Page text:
The implementation of radial access has proved to reduce procedural bleeding during cardiac catheterization and PCI in different clinical subsets, and this holds particularly true in patients with non-cardiac conditions, high risk of bleeding and low probability of coronary artery disease [11, 12]. The recent MATRIX-Access trial, which included an unselected patient population presenting with ACS, demonstrated a significant net clinical benefit in patients receiving invasive management through the radial as compared to the femoral access [13]. This benefit was mainly driven by a definite reduction of access-site bleeding complications and also by a reduction in all-cause mortality. The possibility to reduce mortality with implementation of the radial access is of utmost importance in ST segment elevation myocardial infarction (STEMI) patients, and it has been speculated that the reduction of vascular complications and major bleeding with the radial approach may be the driver of the consistent prognostic benefit that patients with STEMI receive from radial access [14]. The MATRIX-Access trial [13], on top of the previous evidence in the literature, now represents the proof of concept of the benefit of the radial access, which should be considered the default strategy for patients presenting with ACS, irrespective of the baseline bleeding risk.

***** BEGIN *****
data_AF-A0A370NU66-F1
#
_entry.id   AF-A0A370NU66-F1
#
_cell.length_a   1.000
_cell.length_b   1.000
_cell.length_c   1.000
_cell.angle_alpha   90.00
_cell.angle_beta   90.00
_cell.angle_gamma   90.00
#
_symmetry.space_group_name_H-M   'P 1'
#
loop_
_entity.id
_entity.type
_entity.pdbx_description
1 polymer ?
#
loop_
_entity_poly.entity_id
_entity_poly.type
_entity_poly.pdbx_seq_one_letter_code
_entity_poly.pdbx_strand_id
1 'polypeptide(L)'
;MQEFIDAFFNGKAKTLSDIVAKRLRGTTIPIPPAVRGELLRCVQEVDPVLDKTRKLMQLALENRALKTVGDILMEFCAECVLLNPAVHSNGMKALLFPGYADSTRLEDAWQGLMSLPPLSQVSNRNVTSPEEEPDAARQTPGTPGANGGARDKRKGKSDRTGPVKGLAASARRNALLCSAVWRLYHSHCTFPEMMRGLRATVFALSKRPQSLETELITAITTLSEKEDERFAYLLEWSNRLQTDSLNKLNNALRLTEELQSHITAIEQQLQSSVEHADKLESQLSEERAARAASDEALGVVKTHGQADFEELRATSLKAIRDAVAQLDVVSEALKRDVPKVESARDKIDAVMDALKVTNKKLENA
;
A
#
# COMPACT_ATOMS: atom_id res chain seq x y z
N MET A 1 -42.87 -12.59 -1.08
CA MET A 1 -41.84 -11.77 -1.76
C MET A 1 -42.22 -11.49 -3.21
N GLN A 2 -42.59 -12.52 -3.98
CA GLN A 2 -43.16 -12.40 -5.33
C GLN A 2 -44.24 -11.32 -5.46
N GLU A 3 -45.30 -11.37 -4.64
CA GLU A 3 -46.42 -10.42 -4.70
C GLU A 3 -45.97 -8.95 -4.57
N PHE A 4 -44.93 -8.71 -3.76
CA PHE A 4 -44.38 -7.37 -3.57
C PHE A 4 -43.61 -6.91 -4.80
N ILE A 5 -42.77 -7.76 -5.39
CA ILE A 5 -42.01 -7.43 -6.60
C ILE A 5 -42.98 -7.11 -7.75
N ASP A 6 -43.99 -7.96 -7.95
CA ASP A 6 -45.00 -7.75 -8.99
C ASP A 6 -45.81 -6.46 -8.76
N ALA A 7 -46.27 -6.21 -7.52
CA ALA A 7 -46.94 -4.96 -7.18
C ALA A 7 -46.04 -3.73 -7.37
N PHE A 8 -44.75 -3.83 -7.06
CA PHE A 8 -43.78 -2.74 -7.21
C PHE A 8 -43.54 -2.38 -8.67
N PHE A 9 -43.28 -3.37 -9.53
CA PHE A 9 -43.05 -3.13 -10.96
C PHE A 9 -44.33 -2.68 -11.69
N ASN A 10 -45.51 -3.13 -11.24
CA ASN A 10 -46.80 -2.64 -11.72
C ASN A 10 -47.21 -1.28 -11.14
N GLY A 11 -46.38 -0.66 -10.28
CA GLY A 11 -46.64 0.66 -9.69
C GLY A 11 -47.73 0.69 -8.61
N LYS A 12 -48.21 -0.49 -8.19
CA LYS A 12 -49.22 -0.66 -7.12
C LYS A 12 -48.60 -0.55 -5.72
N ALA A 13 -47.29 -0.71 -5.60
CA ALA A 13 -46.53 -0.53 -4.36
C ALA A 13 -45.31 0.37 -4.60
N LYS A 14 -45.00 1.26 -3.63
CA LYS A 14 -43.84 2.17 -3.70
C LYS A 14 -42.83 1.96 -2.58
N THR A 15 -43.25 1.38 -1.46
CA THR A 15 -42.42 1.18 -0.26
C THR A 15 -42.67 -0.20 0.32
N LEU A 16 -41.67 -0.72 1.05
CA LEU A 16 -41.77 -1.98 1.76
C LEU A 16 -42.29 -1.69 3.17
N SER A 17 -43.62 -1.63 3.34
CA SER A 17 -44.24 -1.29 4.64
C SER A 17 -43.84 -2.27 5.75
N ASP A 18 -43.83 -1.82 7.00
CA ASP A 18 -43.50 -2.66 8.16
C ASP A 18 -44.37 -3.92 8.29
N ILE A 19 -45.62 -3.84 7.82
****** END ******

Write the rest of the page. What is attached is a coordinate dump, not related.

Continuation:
Similarly, bivalirudin is known to reduce peri-procedural bleeding during PCI, both access site- and non-access site-related, while this benefit translated into a mortality benefit only in a single trial [15]. Importantly, bivalirudin was associated with an increase of early stent thrombosis. The incremental value of bivalirudin during PCI in terms of bleeding risk reduction is provided by the direct inhibition of thrombin activity, which allows a more predictable anticoagulant effect as compared to unfractionated heparin. However, bivalirudin’s half-life is shorter than that of heparin, and its anticoagulant effect dissipates early after the end of the procedure, exposing the patient to a possible higher ischemic risk, especially in those situations (i.e. in STEMI) in which the effect of oral antiplatelet drugs is slowed by the slow absorption and a pro-inflammatory status is present [15]. Accordingly, newer studies are needed to confirm the net clinical benefit profile of bivalirudin.